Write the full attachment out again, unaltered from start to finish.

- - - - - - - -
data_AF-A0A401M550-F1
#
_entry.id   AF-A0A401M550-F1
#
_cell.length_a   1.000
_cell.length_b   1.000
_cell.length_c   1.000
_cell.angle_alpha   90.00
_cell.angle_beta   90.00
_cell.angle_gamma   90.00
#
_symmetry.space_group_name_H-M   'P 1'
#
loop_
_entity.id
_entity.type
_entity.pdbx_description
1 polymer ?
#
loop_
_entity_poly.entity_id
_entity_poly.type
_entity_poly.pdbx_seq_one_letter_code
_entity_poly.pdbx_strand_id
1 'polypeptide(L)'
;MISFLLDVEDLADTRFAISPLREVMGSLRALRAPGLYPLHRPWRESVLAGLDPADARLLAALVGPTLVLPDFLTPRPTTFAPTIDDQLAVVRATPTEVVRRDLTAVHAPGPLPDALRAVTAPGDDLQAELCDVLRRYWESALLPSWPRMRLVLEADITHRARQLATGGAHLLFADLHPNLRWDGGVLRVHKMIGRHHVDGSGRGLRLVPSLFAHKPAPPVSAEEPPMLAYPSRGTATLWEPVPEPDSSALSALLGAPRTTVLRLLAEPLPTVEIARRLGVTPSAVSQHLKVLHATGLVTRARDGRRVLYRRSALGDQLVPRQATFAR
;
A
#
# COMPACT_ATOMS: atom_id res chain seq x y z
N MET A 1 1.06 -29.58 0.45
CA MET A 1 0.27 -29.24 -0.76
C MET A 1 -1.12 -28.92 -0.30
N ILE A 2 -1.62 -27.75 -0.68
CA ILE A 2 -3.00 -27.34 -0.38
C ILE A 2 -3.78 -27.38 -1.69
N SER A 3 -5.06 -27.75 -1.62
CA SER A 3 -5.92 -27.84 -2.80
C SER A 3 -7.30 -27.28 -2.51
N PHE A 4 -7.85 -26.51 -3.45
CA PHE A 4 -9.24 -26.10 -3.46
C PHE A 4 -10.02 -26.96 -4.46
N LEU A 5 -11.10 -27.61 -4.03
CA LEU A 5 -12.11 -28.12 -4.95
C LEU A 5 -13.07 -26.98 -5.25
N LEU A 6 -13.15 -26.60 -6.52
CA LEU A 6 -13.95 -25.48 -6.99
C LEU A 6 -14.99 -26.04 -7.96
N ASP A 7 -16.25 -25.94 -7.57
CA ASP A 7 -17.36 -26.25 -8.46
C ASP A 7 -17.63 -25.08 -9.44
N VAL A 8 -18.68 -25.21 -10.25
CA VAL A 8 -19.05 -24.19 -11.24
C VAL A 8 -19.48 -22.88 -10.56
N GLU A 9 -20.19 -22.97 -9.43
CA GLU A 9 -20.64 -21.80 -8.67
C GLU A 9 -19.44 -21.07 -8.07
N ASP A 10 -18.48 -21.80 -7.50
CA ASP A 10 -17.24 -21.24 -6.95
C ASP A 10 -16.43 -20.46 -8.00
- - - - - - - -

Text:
data_AF-A0A401M550-F1
#
_entry.id   AF-A0A401M550-F1
#
_cell.length_a   1.000
_cell.length_b   1.000
_cell.length_c   1.000
_cell.angle_alpha   90.00
_cell.angle_beta   90.00
_cell.angle_gamma   90.00
#
_symmetry.space_group_name_H-M   'P 1'
#
loop_
_entity.id
_entity.type
_entity.pdbx_description
1 polymer ?
#
loop_
_entity_poly.entity_id
_entity_poly.type
_entity_poly.pdbx_seq_one_letter_code
_entity_poly.pdbx_strand_id
1 'polypeptide(L)'
;MISFLLDVEDLADTRFAISPLREVMGSLRALRAPGLYPLHRPWRESVLAGLDPADARLLAALVGPTLVLPDFLTPRPTTFAPTIDDQLAVVRATPTEVVRRDLTAVHAPGPLPDALRAVTAPGDDLQAELCDVLRRYWESALLPSWPRMRLVLEADITHRARQLATGGAHLLFADLHPNLRWDGGVLRVHKMIGRHHVDGSGRGLRLVPSLFAHKPAPPVSAEEPPMLAYPSRGTATLWEPVPEPDSSALSALLGAPRTTVLRLLAEPLPTVEIARRLGVTPSAVSQHLKVLHATGLVTRARDGRRVLYRRSALGDQLVPRQATFAR
;
A
#
# COMPACT_ATOMS: atom_id res chain seq x y z
N MET A 1 1.06 -29.58 0.45
CA MET A 1 0.27 -29.24 -0.76
C MET A 1 -1.12 -28.92 -0.30
N ILE A 2 -1.62 -27.75 -0.68
CA ILE A 2 -3.00 -27.34 -0.38
C ILE A 2 -3.78 -27.38 -1.69
N SER A 3 -5.06 -27.75 -1.62
CA SER A 3 -5.92 -27.84 -2.80
C SER A 3 -7.30 -27.28 -2.51
N PHE A 4 -7.85 -26.51 -3.45
CA PHE A 4 -9.24 -26.10 -3.46
C PHE A 4 -10.02 -26.96 -4.46
N LEU A 5 -11.10 -27.61 -4.03
CA LEU A 5 -12.11 -28.12 -4.95
C LEU A 5 -13.07 -26.98 -5.25
N LEU A 6 -13.15 -26.60 -6.52
CA LEU A 6 -13.95 -25.48 -6.99
C LEU A 6 -14.99 -26.04 -7.96
N ASP A 7 -16.25 -25.94 -7.57
CA ASP A 7 -17.36 -26.25 -8.46
C ASP A 7 -17.63 -25.08 -9.44
N VAL A 8 -18.68 -25.21 -10.25
CA VAL A 8 -19.05 -24.19 -11.24
C VAL A 8 -19.48 -22.88 -10.56
N GLU A 9 -20.19 -22.97 -9.43
CA GLU A 9 -20.64 -21.80 -8.67
C GLU A 9 -19.44 -21.07 -8.07
N ASP A 10 -18.48 -21.80 -7.50
CA ASP A 10 -17.24 -21.24 -6.95
C ASP A 10 -16.43 -20.46 -8.00